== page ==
Dwarfism, dyslexia and discovering the world through books
Published on: 07 April 2016 Author: Alex Strick
Alex Strick talks to Amber Lee Dodd, whose debut novel We Are Giants is published this month.
Just to whet people's appetites, how would you introduce your book in a sentence?
I'd say it's a story about love, overcoming loss and being proud to be who you are.
How did you to come to write We Are Giants?
I'd already written quite a few plays and short stories for adults, but this is my first children's book. I suppose it seemed a logical thing to do, having worked with children.
'I met kids with a wide range of different needs, and I started to notice that these children simply 'aren't there' in books. It was really brought home to me one day when I was looking after a young disabled student and I suggested we went to the library. He shrugged and said 'Why would I want to do that?'
'When I asked what he meant, he said there weren't any books about people that he could relate to. That was when it really struck me how few books included disabled characters who weren't defined by their disability.'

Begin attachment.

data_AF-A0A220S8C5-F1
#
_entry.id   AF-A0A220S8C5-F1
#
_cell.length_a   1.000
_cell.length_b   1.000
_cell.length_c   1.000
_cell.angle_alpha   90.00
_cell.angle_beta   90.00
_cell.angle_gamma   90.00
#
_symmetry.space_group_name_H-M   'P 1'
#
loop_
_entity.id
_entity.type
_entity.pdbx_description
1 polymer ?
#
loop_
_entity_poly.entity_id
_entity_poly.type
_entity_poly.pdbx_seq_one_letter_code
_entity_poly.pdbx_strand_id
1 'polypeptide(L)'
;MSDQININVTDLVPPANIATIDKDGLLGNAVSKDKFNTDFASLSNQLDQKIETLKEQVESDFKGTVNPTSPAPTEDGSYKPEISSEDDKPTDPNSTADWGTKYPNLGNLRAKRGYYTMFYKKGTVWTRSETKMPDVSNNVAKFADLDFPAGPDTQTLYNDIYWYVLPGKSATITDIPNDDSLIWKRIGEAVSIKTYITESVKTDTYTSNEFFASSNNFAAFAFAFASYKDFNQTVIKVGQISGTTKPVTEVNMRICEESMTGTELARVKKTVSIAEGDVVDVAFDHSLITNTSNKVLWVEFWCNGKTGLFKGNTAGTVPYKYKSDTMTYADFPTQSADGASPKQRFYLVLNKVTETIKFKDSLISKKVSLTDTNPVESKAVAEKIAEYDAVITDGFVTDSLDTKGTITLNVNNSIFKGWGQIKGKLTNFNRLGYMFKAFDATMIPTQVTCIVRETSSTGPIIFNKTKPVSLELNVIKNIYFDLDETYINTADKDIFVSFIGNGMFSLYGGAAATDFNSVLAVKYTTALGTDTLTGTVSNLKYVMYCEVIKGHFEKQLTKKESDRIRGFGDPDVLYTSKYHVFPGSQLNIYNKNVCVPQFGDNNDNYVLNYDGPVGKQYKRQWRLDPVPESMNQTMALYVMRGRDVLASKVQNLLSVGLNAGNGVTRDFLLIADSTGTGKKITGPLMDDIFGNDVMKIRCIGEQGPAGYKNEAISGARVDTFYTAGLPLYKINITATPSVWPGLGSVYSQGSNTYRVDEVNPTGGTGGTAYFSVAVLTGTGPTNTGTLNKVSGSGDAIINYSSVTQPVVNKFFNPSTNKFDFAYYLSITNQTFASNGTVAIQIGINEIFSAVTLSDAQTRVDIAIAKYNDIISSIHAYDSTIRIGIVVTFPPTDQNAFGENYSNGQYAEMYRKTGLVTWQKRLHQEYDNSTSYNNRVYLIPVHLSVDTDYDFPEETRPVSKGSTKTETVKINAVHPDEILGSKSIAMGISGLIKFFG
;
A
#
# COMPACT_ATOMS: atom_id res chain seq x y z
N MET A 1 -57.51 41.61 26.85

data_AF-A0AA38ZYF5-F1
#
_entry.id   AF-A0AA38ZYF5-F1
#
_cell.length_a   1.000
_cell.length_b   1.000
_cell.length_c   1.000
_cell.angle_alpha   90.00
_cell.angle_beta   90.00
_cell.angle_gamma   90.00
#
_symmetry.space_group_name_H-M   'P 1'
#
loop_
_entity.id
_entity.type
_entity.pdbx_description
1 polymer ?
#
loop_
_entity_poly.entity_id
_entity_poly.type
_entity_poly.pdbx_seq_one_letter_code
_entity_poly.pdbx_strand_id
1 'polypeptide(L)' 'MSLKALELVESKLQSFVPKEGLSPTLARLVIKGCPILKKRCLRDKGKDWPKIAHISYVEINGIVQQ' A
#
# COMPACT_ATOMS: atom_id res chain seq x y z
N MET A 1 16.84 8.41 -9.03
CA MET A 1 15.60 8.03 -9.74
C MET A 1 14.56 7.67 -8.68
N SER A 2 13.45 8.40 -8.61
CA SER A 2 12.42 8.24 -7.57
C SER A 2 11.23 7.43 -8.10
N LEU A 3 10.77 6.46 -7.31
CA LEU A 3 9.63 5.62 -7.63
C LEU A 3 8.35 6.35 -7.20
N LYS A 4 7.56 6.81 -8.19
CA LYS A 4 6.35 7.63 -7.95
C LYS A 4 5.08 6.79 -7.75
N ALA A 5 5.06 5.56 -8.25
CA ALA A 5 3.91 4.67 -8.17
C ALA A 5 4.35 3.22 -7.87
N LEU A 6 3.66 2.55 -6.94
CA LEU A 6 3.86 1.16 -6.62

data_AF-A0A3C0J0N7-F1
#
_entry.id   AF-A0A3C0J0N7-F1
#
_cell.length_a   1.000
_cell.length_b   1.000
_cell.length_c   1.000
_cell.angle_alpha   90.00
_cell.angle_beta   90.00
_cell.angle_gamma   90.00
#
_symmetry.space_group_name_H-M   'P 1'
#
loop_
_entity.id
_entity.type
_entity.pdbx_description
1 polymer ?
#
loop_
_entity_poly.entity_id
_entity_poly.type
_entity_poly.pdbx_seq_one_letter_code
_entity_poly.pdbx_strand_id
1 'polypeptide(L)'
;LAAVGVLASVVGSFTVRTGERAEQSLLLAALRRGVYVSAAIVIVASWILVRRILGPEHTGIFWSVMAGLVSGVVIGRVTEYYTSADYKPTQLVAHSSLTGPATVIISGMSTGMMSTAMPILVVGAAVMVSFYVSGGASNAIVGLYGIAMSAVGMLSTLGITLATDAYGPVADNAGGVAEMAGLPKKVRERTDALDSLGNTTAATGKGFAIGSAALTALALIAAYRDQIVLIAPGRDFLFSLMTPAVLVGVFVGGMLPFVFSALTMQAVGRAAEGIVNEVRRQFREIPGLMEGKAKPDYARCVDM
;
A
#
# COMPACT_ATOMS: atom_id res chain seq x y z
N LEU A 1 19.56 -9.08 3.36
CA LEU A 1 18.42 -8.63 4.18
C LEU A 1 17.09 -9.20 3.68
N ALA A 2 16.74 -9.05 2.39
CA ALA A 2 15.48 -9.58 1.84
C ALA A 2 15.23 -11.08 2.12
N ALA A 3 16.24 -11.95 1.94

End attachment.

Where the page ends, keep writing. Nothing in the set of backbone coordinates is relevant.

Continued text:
How did the idea of a character with restricted growth come about?
The honest answer is that one night I woke up at 2am with an idea. It was the idea of a young girl whose mother was a little person and the girl was desperate to be like her; so much so that she wanted to shrink herself.
I scribbled it down, and in the morning, I looked at it again and thought: 'Gosh, where did that come from?' I decided to try to write it. I think I was fascinated by the idea of wanting to share in your family identity but not always being able to.
How did you research the book?
To start off with, I did lots and lots of internet research. Then my publisher also put me in touch with Sinead Burke (fashion blogger and winner of the Alternative Miss Ireland contest). She was a huge help in terms of fine-tuning the manuscript, especially in terms of things like Amy's physicality.